insure that the offspring you produce aren't sick, malformed, hobbled,
skittish, fearful, aggressive, etc, then please simply don't breed.

Good luck.

Tara


  #5  
Old July 7th 06, 05:56 PM posted to rec.pets.dogs.rescue
silberj
external usenet poster
 
Posts: 4
Default Need help with my Dachshunds


TaraG wrote:
"silberj" wrote in message
ups.com...

Thanks for your advice,


You're welcome :-)

but I think I may have misrepresented what I
meant. When I said putting him up for stud, I didn't mean to infer that
I was going to stud him out.


Whether you stud him "out" to others, or stud him to a dog you already own,
it is the exact same thing.

I definitely am not a a puppy mill,


I never said you were. Sounds more like you are thinking about becoming what
is known as a Backyard Breeder. My point was that while puppy mills are
horrible for the well being of individual dogs, Backyard Breeders are
actually really horroble for the well being of dogs overall. The people who
only breed their dogs once or twice (and therefor don't think they're
contributing much to the overpopulation problem) are actually the *biggest*
producers of puppies in the US. On a case by case basis, they don't seem to
be creatinbg that many dogs, but when added together, Backyard Breeders
create more puppies than all the Puppy Mills put together.

and
honestly these are the first registered dogs I have ever owned.


Which, honestly, is an even stronger argument against you breeding them. It
takes *years* of learning and research to understand what goes into careful
and responsible breeding of a certain breed. Years spent learning, and then
quite a bit of time searching for the dog that might be a good prospect for
breeding, and then even more time trialing and training to make sure the pup
is more than just potential, but a real example of what that breed should be
in terms of both health *and* temperament. Its astronomically unlikely that
*one* of the first purebreed dogs you've ever owned happens to meet the
criteria for a responsible breeding...let alone two of them.

Every
pet I have ever owned in my 39 years has come from a shelter.


That's awesome. Really.
But why undo all that good by breeding even one irresponsible litter?

I would
possibly like to breed the male (not the new one I just got) and the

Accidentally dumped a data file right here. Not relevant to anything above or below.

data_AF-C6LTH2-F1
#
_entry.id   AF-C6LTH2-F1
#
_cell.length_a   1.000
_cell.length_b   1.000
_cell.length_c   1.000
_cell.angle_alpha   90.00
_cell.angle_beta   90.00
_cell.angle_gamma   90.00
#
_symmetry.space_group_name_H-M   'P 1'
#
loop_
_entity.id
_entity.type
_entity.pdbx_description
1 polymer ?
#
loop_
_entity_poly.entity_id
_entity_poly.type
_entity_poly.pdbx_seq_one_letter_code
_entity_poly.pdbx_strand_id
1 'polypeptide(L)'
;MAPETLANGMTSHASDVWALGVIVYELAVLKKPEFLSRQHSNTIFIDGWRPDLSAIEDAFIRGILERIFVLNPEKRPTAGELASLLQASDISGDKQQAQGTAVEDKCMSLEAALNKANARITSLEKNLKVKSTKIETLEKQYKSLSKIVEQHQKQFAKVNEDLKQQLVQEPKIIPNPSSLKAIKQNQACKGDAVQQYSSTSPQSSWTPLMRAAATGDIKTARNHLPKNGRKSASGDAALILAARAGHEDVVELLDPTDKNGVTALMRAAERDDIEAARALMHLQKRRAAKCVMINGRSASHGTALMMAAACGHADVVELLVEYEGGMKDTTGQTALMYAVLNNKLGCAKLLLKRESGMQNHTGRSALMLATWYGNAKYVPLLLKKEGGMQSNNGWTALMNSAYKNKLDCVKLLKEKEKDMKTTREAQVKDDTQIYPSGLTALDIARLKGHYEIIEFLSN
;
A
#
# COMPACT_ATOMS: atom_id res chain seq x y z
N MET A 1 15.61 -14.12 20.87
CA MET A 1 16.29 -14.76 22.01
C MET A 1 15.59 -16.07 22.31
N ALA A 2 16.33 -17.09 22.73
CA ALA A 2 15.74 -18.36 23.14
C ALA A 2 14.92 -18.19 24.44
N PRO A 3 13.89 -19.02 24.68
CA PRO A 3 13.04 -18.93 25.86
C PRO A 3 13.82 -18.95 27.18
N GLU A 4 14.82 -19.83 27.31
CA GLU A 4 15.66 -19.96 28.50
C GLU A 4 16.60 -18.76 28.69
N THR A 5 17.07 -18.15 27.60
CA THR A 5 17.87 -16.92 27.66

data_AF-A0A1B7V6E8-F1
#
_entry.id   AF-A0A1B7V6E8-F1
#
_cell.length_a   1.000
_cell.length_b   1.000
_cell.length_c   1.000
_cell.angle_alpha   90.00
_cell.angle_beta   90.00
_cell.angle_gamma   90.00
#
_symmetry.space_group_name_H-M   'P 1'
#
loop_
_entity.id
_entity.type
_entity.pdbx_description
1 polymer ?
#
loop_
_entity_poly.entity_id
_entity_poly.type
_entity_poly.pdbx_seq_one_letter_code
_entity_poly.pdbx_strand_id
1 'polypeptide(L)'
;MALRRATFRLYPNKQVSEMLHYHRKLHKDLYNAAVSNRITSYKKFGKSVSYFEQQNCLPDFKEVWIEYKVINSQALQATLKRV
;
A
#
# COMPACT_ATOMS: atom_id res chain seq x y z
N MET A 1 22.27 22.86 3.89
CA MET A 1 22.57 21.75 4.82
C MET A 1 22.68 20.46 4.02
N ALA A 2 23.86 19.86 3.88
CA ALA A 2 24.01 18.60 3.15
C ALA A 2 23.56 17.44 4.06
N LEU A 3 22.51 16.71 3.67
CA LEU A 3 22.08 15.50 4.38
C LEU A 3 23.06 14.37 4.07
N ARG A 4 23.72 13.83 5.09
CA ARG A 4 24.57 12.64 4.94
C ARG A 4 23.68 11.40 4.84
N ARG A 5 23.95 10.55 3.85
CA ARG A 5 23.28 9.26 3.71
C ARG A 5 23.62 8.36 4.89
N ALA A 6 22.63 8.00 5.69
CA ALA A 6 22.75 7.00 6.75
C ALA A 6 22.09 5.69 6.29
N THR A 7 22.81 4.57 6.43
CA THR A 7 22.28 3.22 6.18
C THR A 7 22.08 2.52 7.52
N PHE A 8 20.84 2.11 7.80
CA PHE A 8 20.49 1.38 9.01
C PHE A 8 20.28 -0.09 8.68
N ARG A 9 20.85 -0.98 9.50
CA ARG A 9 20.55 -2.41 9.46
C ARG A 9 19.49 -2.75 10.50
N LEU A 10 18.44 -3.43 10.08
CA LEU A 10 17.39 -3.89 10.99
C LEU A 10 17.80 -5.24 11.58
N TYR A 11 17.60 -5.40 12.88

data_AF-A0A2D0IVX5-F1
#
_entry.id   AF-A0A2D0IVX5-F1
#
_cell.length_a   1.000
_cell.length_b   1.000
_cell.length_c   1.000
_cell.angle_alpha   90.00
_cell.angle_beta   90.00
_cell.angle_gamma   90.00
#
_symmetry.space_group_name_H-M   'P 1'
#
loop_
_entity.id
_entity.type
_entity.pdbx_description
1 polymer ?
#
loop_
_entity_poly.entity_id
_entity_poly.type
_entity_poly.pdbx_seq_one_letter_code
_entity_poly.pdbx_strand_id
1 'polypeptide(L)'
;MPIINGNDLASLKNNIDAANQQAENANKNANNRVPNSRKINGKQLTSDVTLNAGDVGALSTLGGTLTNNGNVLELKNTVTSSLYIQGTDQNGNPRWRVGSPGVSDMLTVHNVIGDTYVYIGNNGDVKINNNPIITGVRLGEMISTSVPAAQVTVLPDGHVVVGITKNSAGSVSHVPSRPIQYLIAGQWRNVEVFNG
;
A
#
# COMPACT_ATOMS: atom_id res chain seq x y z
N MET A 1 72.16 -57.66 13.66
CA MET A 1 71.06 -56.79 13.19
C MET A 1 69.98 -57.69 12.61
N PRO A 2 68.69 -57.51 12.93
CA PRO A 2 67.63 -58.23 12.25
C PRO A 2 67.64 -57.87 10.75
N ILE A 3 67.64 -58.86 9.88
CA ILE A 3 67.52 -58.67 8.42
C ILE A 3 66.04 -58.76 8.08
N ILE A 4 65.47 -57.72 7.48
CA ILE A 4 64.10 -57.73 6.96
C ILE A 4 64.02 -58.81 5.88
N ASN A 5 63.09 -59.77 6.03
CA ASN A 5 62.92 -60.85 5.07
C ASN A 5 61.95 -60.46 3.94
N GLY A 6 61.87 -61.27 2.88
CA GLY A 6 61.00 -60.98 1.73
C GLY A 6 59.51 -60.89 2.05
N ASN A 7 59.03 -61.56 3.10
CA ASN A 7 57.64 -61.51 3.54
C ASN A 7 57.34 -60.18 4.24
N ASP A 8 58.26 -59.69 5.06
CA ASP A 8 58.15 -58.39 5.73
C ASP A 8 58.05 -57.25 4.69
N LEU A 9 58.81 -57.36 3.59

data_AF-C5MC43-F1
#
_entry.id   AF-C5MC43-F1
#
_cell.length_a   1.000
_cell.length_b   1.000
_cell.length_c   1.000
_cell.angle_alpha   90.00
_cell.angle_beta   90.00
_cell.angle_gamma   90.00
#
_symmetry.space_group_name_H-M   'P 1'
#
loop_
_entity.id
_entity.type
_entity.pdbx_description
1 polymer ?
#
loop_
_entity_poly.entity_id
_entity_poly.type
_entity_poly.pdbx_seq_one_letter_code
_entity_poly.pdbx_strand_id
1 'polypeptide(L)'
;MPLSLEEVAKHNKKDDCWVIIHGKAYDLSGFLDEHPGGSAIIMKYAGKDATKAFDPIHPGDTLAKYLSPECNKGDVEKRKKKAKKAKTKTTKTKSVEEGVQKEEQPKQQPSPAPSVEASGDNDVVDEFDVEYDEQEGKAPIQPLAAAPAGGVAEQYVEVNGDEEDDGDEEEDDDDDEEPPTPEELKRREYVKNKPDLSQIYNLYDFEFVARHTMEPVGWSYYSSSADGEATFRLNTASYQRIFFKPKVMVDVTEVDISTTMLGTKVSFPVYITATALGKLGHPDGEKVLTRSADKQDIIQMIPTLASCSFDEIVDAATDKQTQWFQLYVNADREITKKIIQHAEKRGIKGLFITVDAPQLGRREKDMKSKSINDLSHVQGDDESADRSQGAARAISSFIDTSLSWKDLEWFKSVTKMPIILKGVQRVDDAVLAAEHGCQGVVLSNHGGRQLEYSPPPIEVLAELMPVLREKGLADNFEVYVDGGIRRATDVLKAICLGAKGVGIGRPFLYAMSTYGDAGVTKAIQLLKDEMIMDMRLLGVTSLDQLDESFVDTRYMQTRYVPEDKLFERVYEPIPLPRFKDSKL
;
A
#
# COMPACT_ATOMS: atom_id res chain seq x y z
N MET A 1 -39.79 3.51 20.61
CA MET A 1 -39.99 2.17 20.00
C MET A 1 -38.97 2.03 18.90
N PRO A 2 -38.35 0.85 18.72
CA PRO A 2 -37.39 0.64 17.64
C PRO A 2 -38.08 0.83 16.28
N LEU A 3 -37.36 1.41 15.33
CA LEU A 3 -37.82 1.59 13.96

female, however this is not a critical issue.


Again, I have to say that this is a very very bad idea. There is no shortage
of irresponsibly bred Dachshunds. Doxie rescue is, in fact, looking for
homes for the ones they already have every day.

Sorry if I didn't clarify
that enough.


No, you did. I knew what you meant. I know your intentions aren't
necessarily bad, but I don't think you are aware or informed enough about
how much damage you would be contributing to the already existing
irresponsible breeding crisis.

I do plan on getting educated on the responsibility aspect
and your input is certainly appreciated. Thanks again, I'll try to
follow your advice and see how that turns out, wish me luck.


Please carefully the page that I provided the link to. There are also other
pages on that site that discuss careful breeding practices.

When you start with unknown and untested dogs, almost nothing you can do
after that can turn that intended breeding into a responsible one. I really
hope you choose to educate yourself. If you'd like to become a breeder, then
study up on dog genetics, participate in conformation shows, perhaps some
Earthdog trials, obedience competitions, train them as Therapy Dogs....at
least two of those at a minimum would give an indication that you were at
least willing to find out their adaptability, trainability and underlying
temperaments. Then, a background screening of their parents, their siblings,
and grandparents for genetically inherited diseases would also be an
absolute minimum. Once you have the background and the training (and putting
their training up against others in order to have neutral third parties
assess them), you can also have them screened for those inherited illnesses
(and a regular vet isn't qualified to do this, by the way....you'd need to
go to a specialist). This is a minimum for responsible breeding.....and its
a ton of work. That's one of the reasons that Backyard Breeders do so much
damage: they think some papers and a working set of reproductive organs is
enough. Its not....and the rescues are filled to capacity (often with lame
and sick dogs) as a result.

If you're not willing to do the (above stated) minimum that it takes to
insure that the offspring you produce aren't sick, malformed, hobbled,
skittish, fearful, aggressive, etc, then please simply don't breed.

Good luck.

Tara


Thank you! You have certainly shed a different light on this subject,
and I feel I have learned a wealth in just a few hours. You are
correct, it does sound like a lot of work, and I am sure now I'm not
going to proceed on just a whim. Your logic is sound and I appreciate
your input. Thanks again for the information, for understanding, and
for your patience in explaining the other aspects to my situation. Take
care,

John